From the data, the labor market is far away from healthy, actually it is way more deformative than we expected.

Pros and cons in Larbor Market’s update for March

The labor market has its track on a gradual improvement. According to the Labor Department’s address yesterday, nonfarm payrolls rose a seasonally adjusted 192,000 in March and figures for the prior two months were revised up by a combined 37,000, and the unemployment rate stays at 6.7%. Even though many expected strongly a sharp upward trend in labor market early this year, the sheer number of new-added payrolls were not performed as so.

Ever since the recession start from 2008, the job supply was struck down to a low point where over 8.8 million positions were lost during the crisis. It is said that the private part jobs hit a level that surpass the apex before recession, while the government positions still remain well below the peak.

The moderate growth in jobs addressed by Fed chairwoman Janet Yellen as a cause for pausing the plan of raising interest rate. She seems to worry that those signs of softness in labor market imply the economy is still on its way toward positive. Her points suggest that the figure of unemployment rate cannot work as a mere criteria to evaluate market’s health.

Besides that, we already knew that there is a big reason behind the declination of unemployment rate, which is more and more jobless people are giving up on seeking new positions. Those people’s quit shrank the denominator and narrowed the unemployment rate. According to CNN, 347,000 people dropped out of the workforce last December and drag down the participation rate for men alone matched a record low dating back to 1948. If add up the share for women, the number still weaker than is was in 1978.

This March, only 63.2% of Americans 16 or older are participating in the labor force, a number even higher than past months. In fact, the participation rate has been declining since the year 2000, but the 2008 recession accelerate this progress. There is a substantial question raised after all this: Where Have All the Workers Gone?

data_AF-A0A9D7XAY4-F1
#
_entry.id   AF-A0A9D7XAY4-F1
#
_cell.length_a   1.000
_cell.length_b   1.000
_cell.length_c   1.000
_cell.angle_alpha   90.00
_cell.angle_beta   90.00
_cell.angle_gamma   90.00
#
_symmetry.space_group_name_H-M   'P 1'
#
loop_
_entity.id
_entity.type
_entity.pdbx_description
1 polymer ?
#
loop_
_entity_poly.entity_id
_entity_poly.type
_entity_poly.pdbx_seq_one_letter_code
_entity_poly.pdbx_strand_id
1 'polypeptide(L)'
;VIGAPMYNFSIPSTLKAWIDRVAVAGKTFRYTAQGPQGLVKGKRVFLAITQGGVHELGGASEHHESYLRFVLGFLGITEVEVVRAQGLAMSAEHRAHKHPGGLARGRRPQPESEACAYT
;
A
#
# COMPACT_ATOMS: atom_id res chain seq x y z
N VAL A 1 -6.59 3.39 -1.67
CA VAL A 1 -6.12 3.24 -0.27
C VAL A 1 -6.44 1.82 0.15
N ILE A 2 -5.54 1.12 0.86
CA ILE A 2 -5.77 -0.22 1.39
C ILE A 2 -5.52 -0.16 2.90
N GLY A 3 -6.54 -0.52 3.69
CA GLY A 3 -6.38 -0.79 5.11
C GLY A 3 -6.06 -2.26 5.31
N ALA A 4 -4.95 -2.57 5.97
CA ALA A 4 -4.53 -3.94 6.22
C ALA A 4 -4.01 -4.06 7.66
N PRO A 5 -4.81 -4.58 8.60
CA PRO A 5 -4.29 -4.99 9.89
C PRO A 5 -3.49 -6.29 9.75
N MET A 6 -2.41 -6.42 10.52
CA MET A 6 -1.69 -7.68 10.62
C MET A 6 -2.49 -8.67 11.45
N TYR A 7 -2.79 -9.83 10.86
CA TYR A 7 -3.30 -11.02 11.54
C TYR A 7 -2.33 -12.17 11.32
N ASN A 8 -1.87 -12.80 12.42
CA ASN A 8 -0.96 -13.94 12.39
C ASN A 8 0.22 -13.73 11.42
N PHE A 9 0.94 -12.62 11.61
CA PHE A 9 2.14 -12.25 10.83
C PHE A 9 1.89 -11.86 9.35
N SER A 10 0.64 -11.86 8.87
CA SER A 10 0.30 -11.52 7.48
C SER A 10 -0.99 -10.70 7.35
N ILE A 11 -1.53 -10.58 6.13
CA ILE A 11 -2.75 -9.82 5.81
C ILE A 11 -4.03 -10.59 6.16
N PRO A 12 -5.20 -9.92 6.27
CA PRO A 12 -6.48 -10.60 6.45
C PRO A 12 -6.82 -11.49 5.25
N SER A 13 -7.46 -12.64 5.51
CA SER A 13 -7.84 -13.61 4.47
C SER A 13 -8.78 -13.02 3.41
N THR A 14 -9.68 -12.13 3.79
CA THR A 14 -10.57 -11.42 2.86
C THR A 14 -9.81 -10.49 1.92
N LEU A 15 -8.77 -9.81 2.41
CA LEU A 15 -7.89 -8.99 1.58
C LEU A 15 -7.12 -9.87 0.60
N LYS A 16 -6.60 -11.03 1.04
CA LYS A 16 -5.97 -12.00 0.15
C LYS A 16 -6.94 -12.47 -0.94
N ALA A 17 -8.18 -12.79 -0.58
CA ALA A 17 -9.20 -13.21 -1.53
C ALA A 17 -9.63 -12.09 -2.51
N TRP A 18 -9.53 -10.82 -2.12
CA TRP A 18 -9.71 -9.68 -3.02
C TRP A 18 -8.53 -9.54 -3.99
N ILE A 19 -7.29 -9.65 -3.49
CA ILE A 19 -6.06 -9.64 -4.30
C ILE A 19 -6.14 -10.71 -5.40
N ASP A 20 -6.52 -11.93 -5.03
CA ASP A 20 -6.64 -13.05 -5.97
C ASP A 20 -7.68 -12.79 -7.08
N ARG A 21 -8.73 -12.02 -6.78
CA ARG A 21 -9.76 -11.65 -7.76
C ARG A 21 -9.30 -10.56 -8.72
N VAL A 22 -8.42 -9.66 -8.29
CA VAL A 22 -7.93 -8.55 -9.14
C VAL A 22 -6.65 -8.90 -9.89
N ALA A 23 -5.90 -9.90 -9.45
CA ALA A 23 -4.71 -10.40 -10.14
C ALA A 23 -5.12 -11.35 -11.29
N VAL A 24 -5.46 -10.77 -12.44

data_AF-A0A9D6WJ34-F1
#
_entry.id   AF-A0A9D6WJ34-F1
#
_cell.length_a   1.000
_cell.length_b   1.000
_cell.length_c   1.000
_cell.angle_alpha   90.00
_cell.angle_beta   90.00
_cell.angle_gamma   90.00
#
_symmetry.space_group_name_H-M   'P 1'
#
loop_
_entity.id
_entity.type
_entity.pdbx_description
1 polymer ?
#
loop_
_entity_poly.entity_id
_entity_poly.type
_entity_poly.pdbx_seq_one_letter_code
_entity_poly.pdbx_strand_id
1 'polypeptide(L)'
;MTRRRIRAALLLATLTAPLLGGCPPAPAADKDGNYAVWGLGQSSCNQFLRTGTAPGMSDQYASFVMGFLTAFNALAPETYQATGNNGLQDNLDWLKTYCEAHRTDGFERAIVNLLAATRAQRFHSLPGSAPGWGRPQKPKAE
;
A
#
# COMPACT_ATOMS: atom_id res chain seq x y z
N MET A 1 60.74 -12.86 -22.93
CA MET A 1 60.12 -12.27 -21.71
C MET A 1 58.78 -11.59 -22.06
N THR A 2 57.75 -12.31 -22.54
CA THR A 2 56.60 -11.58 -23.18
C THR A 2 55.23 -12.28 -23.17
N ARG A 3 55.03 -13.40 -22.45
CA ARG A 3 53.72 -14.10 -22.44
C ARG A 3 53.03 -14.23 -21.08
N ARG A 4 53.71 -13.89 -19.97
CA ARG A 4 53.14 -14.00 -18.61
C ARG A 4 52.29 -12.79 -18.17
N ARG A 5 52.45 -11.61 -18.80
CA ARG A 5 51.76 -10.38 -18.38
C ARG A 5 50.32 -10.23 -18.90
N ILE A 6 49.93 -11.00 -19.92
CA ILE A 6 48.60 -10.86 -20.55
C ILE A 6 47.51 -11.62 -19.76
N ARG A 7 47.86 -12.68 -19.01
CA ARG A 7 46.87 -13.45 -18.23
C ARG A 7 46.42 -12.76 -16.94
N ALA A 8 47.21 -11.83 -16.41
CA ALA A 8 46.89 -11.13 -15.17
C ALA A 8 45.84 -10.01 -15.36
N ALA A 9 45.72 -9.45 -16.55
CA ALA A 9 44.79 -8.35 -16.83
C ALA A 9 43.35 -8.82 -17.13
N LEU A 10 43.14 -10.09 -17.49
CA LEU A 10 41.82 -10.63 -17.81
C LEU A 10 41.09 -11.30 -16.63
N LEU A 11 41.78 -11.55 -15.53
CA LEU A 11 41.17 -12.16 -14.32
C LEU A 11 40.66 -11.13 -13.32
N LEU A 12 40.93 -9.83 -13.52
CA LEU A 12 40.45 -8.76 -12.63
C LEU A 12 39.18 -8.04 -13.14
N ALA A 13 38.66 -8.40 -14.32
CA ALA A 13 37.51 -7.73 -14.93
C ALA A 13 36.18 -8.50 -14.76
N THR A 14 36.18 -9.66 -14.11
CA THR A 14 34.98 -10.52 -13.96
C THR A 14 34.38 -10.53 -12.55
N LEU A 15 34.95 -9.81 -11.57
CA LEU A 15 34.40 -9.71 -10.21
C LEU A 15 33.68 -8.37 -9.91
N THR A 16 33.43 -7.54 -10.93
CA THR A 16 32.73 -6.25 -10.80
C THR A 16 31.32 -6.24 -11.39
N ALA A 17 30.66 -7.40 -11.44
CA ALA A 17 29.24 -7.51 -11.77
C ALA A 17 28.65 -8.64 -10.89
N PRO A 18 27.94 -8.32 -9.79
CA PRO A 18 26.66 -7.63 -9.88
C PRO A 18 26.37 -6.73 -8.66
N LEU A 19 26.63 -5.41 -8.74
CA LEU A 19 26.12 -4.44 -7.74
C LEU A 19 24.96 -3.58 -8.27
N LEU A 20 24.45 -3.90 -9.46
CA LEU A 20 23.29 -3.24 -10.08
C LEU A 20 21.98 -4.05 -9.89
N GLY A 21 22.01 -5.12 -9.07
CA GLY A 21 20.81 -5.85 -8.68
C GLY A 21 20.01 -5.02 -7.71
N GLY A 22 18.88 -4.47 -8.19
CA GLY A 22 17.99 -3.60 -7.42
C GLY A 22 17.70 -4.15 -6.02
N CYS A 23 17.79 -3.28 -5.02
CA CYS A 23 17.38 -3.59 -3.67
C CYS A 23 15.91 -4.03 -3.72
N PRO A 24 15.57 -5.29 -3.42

One possible explanation given in this article in WSJ is that the expansionary monetary policy raises the risk of inflation and shrinks the paycheck, thus subdues their inspiration of job seeking activities. This could be the reason for those who earn few from hourly work but may be irrelevant for those who get high paid. However, I think people who quit pursuing a job must earn their lives somewhere else, in this case, I think investment in stock market could be the new source of income for them. The rumor about minimum wage policy could also play a role in this. Millions of American are working part-time. Those jobs could be affected severely by a bit raising in minimum wage. But mostly, I think the long-last softness in labor market caused more people to lost faith and choose to quit.

It’s been a long way to go before reaching the normal economy level and get unemployment rate back to its healthy situation. However, the participation problem is becoming severely and required for more attention.